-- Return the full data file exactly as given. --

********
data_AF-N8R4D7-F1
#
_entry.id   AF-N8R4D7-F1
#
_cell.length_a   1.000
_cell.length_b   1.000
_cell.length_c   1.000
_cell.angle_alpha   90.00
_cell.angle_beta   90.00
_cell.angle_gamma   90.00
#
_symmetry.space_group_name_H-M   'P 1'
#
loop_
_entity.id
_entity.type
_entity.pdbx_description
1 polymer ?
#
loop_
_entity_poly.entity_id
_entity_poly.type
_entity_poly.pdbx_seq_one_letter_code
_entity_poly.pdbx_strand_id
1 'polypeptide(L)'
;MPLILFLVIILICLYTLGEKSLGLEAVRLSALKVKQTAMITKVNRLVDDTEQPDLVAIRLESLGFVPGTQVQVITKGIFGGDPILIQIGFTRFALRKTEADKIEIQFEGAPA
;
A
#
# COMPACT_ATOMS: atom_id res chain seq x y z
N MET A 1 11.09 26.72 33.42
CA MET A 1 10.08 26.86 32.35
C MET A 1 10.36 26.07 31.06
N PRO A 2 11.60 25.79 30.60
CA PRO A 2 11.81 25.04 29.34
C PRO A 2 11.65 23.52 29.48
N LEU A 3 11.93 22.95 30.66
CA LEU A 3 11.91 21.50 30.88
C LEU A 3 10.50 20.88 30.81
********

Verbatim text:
data_AF-N8R4D7-F1
#
_entry.id   AF-N8R4D7-F1
#
_cell.length_a   1.000
_cell.length_b   1.000
_cell.length_c   1.000
_cell.angle_alpha   90.00
_cell.angle_beta   90.00
_cell.angle_gamma   90.00
#
_symmetry.space_group_name_H-M   'P 1'
#
loop_
_entity.id
_entity.type
_entity.pdbx_description
1 polymer ?
#
loop_
_entity_poly.entity_id
_entity_poly.type
_entity_poly.pdbx_seq_one_letter_code
_entity_poly.pdbx_strand_id
1 'polypeptide(L)'
;MPLILFLVIILICLYTLGEKSLGLEAVRLSALKVKQTAMITKVNRLVDDTEQPDLVAIRLESLGFVPGTQVQVITKGIFGGDPILIQIGFTRFALRKTEADKIEIQFEGAPA
;
A
#
# COMPACT_ATOMS: atom_id res chain seq x y z
N MET A 1 11.09 26.72 33.42
CA MET A 1 10.08 26.86 32.35
C MET A 1 10.36 26.07 31.06
N PRO A 2 11.60 25.79 30.60
CA PRO A 2 11.81 25.04 29.34
C PRO A 2 11.65 23.52 29.48
N LEU A 3 11.93 22.95 30.66
CA LEU A 3 11.91 21.50 30.88
C LEU A 3 10.50 20.88 30.81